A fitness trainer laughed it off when she found out people were using her Instagram pictures to find dates on Tinder.
But Sarah Harker soon realised there was a much darker side to the fake profiles.
The 32-year-old, from Newcastle upon Tyne realised the stolen snaps could be “extremely dangerous” to her business and relationships.
She said: “I first received a text from my friend with a screenshot of the Tinder profile and I laughed.
“If I’m honest I was more offended that they put my age at 38. But once I shared that picture with my 7,000 followers on instagram people started messaging me to say they’d seen me on other sites.
“Whilst it could be seen as a form of flattery it’s also extremely dangerous for my business as people may believe that these profiles are a representation of me and I have no idea what is being said in messages being sent from these accounts.”
For Sarah, who is in a relationship, one of the scariest moments was finding out a scammer had used her photos to arrange a date.
She said: “One message I received said this catfish was trying to arrange a meeting. That’s when I lost all humour about it.”
Sarah was made aware of 12 different fake profiles set up using images of her on holiday in a bikini and snuggled up with her border terriers, Baxter and Dougal.
The images were lifted from her Instagram page @sarahlouskitchen where she promotes her lifestyle and fitness coaching and nutritious home-cooked recipes.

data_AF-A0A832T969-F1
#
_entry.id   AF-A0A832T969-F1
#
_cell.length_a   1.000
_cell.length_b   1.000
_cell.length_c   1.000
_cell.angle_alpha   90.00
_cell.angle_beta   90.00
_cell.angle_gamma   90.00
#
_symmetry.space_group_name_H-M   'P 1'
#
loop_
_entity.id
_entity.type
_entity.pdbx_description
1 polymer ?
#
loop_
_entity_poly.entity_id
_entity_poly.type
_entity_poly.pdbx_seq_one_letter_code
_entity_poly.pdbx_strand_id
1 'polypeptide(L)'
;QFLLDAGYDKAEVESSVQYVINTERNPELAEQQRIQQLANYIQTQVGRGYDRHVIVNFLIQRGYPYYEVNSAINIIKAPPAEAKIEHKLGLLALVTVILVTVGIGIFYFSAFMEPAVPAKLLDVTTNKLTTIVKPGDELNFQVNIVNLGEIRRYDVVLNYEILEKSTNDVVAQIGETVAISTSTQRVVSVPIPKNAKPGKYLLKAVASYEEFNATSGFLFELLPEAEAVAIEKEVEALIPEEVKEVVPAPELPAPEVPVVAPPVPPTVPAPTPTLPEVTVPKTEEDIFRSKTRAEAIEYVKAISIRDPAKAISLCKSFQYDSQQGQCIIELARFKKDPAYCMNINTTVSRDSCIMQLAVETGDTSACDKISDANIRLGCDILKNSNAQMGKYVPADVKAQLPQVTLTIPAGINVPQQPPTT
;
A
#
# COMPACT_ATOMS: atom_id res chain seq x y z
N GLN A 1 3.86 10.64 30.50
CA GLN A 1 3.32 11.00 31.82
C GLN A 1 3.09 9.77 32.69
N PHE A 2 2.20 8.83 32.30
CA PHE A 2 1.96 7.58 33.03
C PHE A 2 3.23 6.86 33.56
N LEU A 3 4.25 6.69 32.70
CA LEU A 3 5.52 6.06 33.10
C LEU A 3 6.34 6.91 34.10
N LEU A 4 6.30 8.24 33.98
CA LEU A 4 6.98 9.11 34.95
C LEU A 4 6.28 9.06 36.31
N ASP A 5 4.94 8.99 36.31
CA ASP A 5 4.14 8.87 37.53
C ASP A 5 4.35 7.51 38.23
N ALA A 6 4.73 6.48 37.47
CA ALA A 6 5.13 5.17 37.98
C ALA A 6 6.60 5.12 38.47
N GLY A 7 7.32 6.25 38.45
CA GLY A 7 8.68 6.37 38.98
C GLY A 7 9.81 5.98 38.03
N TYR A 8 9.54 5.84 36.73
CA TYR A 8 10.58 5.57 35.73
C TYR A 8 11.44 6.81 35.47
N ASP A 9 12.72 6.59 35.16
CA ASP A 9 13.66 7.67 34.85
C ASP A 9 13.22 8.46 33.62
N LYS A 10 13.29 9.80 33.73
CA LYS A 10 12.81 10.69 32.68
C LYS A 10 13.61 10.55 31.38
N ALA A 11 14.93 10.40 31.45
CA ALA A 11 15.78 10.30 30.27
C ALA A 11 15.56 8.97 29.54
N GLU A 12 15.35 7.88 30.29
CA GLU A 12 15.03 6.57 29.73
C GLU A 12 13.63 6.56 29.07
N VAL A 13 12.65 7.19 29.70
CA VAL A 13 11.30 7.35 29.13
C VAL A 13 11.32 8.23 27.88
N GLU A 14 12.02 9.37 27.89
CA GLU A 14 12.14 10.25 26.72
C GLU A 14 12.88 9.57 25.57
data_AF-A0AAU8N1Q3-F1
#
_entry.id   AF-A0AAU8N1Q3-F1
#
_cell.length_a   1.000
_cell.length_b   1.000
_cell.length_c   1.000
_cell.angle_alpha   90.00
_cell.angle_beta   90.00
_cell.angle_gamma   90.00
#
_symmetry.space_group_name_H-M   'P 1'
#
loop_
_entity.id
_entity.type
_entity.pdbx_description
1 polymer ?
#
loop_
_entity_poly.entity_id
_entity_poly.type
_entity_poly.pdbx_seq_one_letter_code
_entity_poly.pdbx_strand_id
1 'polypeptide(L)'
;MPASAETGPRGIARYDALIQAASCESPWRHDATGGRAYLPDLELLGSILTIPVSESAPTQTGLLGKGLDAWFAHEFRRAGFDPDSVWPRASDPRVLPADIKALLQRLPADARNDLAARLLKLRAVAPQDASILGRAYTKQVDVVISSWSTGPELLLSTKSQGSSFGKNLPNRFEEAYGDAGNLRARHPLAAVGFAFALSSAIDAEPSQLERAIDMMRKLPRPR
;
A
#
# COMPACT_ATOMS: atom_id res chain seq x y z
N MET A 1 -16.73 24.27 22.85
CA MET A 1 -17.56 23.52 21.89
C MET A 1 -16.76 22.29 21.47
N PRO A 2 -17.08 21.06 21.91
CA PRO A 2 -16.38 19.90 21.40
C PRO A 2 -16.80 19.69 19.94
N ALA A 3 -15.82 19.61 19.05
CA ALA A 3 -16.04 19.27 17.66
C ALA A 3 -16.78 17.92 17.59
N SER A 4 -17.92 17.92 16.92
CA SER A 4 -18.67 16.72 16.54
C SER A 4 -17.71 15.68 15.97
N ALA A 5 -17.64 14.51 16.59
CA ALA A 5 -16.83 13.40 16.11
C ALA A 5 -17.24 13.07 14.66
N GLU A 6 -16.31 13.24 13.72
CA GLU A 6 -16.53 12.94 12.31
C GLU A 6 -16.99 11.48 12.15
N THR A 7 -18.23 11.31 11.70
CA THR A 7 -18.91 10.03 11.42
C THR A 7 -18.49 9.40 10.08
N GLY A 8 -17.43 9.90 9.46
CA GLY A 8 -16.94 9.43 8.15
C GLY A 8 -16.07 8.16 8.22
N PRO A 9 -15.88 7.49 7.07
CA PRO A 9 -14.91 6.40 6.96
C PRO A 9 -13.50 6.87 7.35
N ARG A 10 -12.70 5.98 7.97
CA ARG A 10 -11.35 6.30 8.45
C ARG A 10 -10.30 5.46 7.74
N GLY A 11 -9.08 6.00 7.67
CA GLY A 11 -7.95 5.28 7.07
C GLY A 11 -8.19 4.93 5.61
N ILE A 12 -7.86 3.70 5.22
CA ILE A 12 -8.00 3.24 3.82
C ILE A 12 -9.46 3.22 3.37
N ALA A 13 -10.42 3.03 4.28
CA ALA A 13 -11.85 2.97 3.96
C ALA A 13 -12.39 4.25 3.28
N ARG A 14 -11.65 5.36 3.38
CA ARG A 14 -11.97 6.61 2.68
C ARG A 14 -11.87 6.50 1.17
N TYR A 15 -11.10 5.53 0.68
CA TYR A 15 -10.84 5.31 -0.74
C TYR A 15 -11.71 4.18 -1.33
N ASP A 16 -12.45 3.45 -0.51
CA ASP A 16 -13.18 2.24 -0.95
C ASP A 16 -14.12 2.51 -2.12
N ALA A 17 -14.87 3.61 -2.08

They were posted on multiple apps, which made it difficult to deal with.
She said: “I was on Bumble and Hinge as well as Tinder.
“I found it disturbing to realise just how dangerous this could be and that people could be talking to these profiles believing that it was me on the other side of them.
“I don’t like to think that my face could be used to put someone in a potentially dangerous situation.”
But when Sarah contacted all of the dating apps to let them know that she was being impersonated she says she was told by Tinder on their live chat facility that they couldn’t do anything unless she was a member and reported it directly.
Sarah said: “I shouldn’t have to be a member to be able to report a profile that was falsely impersonating me.
“I was seriously concerned that these profiles were able to be set up without any form of identification being used.”
Sarah decided to create accounts to report the scammers – but worries that more could crop up at any time.
She added: “Knowing there are so few protections in place when you are cloned online has left me feeling really strange about the world of social media.
“These platforms should be implementing more stringent checks for security in this day and age to protect everyone involved.”
“If someone believes they are being impersonated on Tinder, they should contact our support team with relevant details here. From there, our team will promptly search for and remove any matching profile.
“Additionally, we encourage our members to look for the ‘blue tick’, which indicates that the member’s profile image is genuine and has been verified by Tinder, through our Photo Verification programme.”